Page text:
Get local stories you won't find anywhere else right to your inbox.
Sign up here

Just Posted

Commercial tenants at the Williams Lake Regional Airport have been granted an additional six-month rent reprieve. (Angie Mindus file photo - Williams Lake Tribune)
Continuing rent relief for Williams Lake Airport tenants considered

City council discussed the option during a committee of the whole meeting

The Grade 2 class of 150 Mile House Elementary attended Cariboo Memorial Hospital with teacher Kirsty Bowers to deliver “kindness” bags full of small gifts to housekeeping staff. (Rebecca Dyok photo)
150 Mile House students deliver gift bags showing appreciation for hospital staff

Students begin Monday morning with a bus trip to Cariboo Memorial Hospital

A nurse performs a test on a patient at a drive-in COVID-19 clinic in Montreal, on Wednesday, October 21, 2020. THE CANADIAN PRESS/Paul Chiasson
Interior Health reports 16 new COVID-19 cases

423 cases remain active in the region

The RCMP arrest one of the suspects on Highway 97 courtesy of cell phone footage shot by a bystander. (April Thomas photo)
UPDATE: Two suspects arrested after multi-jurisdictional chase

A half dozen police cars were seen heading north on Highway 97

Cannabis bought in British Columbia (Ashley Wadhwani/Black Press Media)
Is it time to start thinking about greener ways to package cannabis?

Packaging suppliers are still figuring eco-friendly and affordable packaging options that fit the mandates of Cannabis Regulations

Older rental apartments are prime candidates for renovations, and could result in lost affordable housing stock. (Zoë Ducklow photo)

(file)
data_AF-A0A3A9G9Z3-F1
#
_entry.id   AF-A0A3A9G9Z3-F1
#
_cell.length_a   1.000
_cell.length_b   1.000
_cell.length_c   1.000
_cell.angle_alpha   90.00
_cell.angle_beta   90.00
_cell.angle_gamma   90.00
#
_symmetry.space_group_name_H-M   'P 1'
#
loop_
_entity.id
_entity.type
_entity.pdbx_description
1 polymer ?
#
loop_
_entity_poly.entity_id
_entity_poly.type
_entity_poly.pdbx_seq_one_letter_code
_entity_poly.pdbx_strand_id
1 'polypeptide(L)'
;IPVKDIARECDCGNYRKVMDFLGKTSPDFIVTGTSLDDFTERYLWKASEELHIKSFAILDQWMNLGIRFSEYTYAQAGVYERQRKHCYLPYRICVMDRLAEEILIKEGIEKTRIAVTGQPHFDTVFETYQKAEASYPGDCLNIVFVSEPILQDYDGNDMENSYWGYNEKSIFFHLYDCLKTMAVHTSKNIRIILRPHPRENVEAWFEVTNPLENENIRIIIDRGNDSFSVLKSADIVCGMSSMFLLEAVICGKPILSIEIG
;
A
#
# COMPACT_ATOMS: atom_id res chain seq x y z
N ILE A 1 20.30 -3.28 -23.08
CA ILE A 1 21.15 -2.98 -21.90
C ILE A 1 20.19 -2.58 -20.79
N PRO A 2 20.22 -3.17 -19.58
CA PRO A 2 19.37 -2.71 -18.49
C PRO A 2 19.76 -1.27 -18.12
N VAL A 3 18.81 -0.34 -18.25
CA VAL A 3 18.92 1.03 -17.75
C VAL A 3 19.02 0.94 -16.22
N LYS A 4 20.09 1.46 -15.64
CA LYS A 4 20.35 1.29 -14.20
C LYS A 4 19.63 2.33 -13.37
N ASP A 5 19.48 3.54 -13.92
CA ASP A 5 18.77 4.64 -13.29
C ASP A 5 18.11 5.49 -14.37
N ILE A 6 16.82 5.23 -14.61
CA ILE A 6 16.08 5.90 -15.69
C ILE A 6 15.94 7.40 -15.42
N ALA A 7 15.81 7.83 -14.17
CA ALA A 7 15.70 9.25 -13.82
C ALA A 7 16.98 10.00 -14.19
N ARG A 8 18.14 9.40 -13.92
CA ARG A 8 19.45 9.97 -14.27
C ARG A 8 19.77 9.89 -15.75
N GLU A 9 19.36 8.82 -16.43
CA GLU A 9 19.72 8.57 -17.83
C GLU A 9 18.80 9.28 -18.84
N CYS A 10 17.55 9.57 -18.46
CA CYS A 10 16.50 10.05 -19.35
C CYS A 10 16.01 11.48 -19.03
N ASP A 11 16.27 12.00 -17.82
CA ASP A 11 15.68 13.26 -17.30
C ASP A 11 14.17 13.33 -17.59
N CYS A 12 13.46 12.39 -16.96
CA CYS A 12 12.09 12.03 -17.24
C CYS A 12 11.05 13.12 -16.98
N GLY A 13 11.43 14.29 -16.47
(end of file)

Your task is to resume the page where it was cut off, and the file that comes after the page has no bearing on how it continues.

B.C.’s renoviction overhaul a good start, but won’t preserve affordable stock, lawyer says

And still no protection for people who can’t pay rent due to COVID-19

Kamloops This Week
Cause of Kamloops landfill fire may never be known

Fire investigators are dealing with too much destruction in too large an area

(Photo by Marissa Baecker/Shoot the Breeze)
B.C. WHL teams to hit the ice with Kelowna, Kamloops hub cities

Kelowna, Kamloops centres chosen to host B.C. WHL teams for 24-game regular season

The machines are akin to ATMs and allow drug users at risk of overdose to get hydromorphone pills dispensed to them after their palm has been scanned to identify its unique vein pattern. (CANADIAN PRESS)
Feds dole out $3.5M for ‘vending machines’ to dispense safer opioids in B.C.

The machines are located in four cities across Canada, including Vancouver and Victoria

Kelowna’s lakefront visitor centre is one of 130 around the province. Tourism businesses have been hardest hit by COVID-19 restrictions on travel. (Destination B.C.)
Tourism, small business getting COVID-19 help, B.C. minister says

$300M grant program has delivered $50 million so far

The incident happened in downtown Castlegar. Photo: Betsy Kline
Castlegar teen recounts stabbing after stranger breaks into grandmother’s house

The unnamed teen survived a terrifying attack Feb. 21

Most Read